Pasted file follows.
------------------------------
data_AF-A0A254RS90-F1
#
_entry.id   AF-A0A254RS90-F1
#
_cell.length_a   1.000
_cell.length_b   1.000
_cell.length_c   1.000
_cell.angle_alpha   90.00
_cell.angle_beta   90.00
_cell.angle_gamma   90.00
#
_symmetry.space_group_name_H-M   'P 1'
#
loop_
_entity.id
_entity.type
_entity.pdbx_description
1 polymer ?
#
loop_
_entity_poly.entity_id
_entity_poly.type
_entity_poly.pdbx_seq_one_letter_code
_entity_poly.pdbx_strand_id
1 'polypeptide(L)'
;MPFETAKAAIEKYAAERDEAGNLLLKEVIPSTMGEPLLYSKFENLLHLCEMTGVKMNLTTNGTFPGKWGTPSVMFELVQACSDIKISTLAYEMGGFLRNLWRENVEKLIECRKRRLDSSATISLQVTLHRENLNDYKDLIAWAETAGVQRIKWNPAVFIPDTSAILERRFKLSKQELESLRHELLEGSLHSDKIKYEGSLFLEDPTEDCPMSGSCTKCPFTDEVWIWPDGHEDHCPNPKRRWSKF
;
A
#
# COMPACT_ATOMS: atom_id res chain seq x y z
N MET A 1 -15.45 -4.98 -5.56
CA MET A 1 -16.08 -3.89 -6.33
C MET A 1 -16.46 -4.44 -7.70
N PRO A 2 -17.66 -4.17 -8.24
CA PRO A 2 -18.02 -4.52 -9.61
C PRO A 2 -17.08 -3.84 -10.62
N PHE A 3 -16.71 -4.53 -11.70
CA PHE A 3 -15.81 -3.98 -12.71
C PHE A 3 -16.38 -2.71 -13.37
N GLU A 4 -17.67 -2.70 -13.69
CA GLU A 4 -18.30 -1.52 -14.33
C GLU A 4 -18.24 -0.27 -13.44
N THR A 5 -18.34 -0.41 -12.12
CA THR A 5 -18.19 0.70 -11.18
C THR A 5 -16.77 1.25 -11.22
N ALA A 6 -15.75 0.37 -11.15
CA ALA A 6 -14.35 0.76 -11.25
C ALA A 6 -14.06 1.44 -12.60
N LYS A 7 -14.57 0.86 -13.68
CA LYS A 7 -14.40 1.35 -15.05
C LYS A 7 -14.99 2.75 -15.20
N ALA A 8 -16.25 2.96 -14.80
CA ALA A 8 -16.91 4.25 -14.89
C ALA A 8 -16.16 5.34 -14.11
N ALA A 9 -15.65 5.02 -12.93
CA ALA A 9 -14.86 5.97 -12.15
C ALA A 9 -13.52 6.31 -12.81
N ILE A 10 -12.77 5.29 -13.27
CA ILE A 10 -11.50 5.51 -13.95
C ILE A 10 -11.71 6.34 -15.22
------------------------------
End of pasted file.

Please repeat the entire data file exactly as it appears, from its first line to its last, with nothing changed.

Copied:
data_AF-A0A254RS90-F1
#
_entry.id   AF-A0A254RS90-F1
#
_cell.length_a   1.000
_cell.length_b   1.000
_cell.length_c   1.000
_cell.angle_alpha   90.00
_cell.angle_beta   90.00
_cell.angle_gamma   90.00
#
_symmetry.space_group_name_H-M   'P 1'
#
loop_
_entity.id
_entity.type
_entity.pdbx_description
1 polymer ?
#
loop_
_entity_poly.entity_id
_entity_poly.type
_entity_poly.pdbx_seq_one_letter_code
_entity_poly.pdbx_strand_id
1 'polypeptide(L)'
;MPFETAKAAIEKYAAERDEAGNLLLKEVIPSTMGEPLLYSKFENLLHLCEMTGVKMNLTTNGTFPGKWGTPSVMFELVQACSDIKISTLAYEMGGFLRNLWRENVEKLIECRKRRLDSSATISLQVTLHRENLNDYKDLIAWAETAGVQRIKWNPAVFIPDTSAILERRFKLSKQELESLRHELLEGSLHSDKIKYEGSLFLEDPTEDCPMSGSCTKCPFTDEVWIWPDGHEDHCPNPKRRWSKF
;
A
#
# COMPACT_ATOMS: atom_id res chain seq x y z
N MET A 1 -15.45 -4.98 -5.56
CA MET A 1 -16.08 -3.89 -6.33
C MET A 1 -16.46 -4.44 -7.70
N PRO A 2 -17.66 -4.17 -8.24
CA PRO A 2 -18.02 -4.52 -9.61
C PRO A 2 -17.08 -3.84 -10.62
N PHE A 3 -16.71 -4.53 -11.70
CA PHE A 3 -15.81 -3.98 -12.71
C PHE A 3 -16.38 -2.71 -13.37
N GLU A 4 -17.67 -2.70 -13.69
CA GLU A 4 -18.30 -1.52 -14.33
C GLU A 4 -18.24 -0.27 -13.44
N THR A 5 -18.34 -0.41 -12.12
CA THR A 5 -18.19 0.70 -11.18
C THR A 5 -16.77 1.25 -11.22
N ALA A 6 -15.75 0.37 -11.15
CA ALA A 6 -14.35 0.76 -11.25
C ALA A 6 -14.06 1.44 -12.60
N LYS A 7 -14.57 0.86 -13.68
CA LYS A 7 -14.40 1.35 -15.05
C LYS A 7 -14.99 2.75 -15.20
N ALA A 8 -16.25 2.96 -14.80
CA ALA A 8 -16.91 4.25 -14.89
C ALA A 8 -16.16 5.34 -14.11
N ALA A 9 -15.65 5.02 -12.93
CA ALA A 9 -14.86 5.97 -12.15
C ALA A 9 -13.52 6.31 -12.81
N ILE A 10 -12.77 5.29 -13.27
CA ILE A 10 -11.50 5.51 -13.95
C ILE A 10 -11.71 6.34 -15.22